Twitter isn’t Iran’s biggest social network—WhatsApp, Instagram, and Telegram are more popular—but as in many other countries, it is used to share breaking news and real-time updates on events. It stops Iran from being an information black hole. “This is a pivotal space for people to express themselves, to connect with friends and family, to mobilize around demonstrations, and then also to hold governments to account,” Grothe says. “We really are seeing Twitter being used by folks on the ground,” Alimardani says.
Videos and images shared by protesters have been used to shine a light on the actions of the Iranian police forces and officials. A BBC investigation has used social media data to help identify young people and children killed in the nationwide protests. There is no official record of those who have died during the protests, and HRANA estimates that only 3,400 people who have been detained by officials have been identified. More than 18,000 have been arrested.
High-profile accounts both inside and outside Iran, belonging to those on the ground, members of the Iranian diaspora, and researchers, are sharing hundreds of videos of what is happening in Iran. For example, opposition activist collective 1500tasvir has seen its Farsi Twitter account grow from 55,000 followers in September to around 400,000 followers now. (In the past two months its Instagram account has also jumped from 450,000 followers to 1.7 million.)
“You cannot find any normal or correct news from Iranian TV, because there is no independent platform inside the country,” says Saeed Bagheri, a lecturer in international law at the University of Reading. Bagheri says those using Twitter in Iran have been “really effective in sharing firsthand news about human rights violations and Islamic republics of brutality against peaceful protests.” On November 24, the United Nations opened an investigation into “deadly violence against protesters,” citing images of those who had been subjected to violence. Iranian officials claimed “necessary measures” had been taken by authorities.
However, it is not only Iranian protesters and activists using Twitter. Iranian state-backed actors have a history of trying to use Twitter to manipulate politics. In June 2019, Twitter removed almost 5,000 accounts associated with or “directly backed” by the Iranian government. These accounts—which tweeted around 2 million times—were pushing the views of the Iranian government and used fake profiles to “target conversations about political and social issues in Iran and globally.”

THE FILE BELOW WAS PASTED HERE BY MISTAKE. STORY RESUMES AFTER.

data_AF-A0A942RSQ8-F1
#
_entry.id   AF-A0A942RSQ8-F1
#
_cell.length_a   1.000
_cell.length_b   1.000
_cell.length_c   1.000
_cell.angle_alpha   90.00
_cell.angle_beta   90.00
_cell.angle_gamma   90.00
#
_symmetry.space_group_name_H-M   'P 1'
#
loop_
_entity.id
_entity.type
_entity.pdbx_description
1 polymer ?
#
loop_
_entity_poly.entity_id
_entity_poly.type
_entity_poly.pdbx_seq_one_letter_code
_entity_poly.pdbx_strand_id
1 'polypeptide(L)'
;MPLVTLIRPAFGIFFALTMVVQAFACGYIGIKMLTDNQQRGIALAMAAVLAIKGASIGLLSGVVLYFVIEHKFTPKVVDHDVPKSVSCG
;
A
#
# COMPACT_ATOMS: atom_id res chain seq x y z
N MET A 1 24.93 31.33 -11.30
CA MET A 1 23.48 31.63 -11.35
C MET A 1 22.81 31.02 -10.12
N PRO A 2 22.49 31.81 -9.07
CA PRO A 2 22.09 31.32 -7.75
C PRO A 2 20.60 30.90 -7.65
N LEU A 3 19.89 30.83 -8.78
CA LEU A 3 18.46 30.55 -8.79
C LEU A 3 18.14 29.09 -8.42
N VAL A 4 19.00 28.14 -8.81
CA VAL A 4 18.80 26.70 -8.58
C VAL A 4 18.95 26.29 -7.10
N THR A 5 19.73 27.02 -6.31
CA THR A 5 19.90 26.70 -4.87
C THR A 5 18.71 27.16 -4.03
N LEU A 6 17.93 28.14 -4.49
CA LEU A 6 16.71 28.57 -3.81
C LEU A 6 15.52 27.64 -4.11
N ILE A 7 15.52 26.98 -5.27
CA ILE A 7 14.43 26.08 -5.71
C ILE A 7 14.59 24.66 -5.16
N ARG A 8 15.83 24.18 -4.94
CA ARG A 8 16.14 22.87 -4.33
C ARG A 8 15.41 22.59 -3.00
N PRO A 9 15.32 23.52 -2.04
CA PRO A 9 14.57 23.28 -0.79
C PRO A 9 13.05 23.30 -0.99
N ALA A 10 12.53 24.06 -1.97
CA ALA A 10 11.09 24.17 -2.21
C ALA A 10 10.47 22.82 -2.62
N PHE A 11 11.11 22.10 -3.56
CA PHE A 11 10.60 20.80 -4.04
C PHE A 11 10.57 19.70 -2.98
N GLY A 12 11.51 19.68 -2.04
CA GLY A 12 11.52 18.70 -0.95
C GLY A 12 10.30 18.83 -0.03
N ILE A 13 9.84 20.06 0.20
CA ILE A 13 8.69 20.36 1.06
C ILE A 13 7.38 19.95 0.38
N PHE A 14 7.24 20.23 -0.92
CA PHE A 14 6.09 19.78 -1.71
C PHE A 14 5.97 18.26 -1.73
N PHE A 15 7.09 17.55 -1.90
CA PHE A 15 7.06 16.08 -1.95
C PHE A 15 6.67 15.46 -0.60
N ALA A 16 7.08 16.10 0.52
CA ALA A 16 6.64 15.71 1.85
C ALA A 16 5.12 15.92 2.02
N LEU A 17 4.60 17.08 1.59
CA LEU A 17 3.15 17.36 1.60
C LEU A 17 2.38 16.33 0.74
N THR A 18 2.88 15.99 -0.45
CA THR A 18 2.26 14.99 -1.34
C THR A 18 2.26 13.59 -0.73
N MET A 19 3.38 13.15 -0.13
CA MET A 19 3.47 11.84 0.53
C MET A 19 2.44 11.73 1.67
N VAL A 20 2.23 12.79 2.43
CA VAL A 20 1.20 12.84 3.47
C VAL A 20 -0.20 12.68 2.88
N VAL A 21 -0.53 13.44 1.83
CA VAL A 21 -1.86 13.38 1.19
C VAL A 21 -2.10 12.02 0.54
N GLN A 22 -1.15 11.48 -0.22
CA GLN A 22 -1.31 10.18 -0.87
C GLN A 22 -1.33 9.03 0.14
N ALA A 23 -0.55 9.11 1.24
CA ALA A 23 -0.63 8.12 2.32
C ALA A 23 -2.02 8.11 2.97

One Iranian digital propaganda researcher, who asked not to be named for security reasons, says they have been monitoring the most popular Farsi tweets for several months. Before the protests started, they say, accounts that appear to support the Iranian government pushed messages that were justifying its policies. Once the protests started, accounts pivoted to sharing mis- and disinformation about the events, they say. “I have never seen such a big and massive effort in pouring the Iranian Twitterverse with false information. But the regime was not successful in this regard.”
Twitter has long been a place where protests have been organized. However, Musk’s takeover of the platform and the chaotic scenes that have followed—including gutting Twitter’s human rights team—could have real-world consequences where protests are taking place. This could include the ability to keep people safe.
The Oxford Internet Institute and Article 19’s Alimardani says that much of Musk’s time in charge has so far focused on US issues despite the fact that the majority of Twitter users are from outside of the United States. “Iranians don’t care that Elon Musk is waging a war against woke culture in America,” Alimardani says. “Iranians just want to get their message to the world as fast and efficiently as possible.”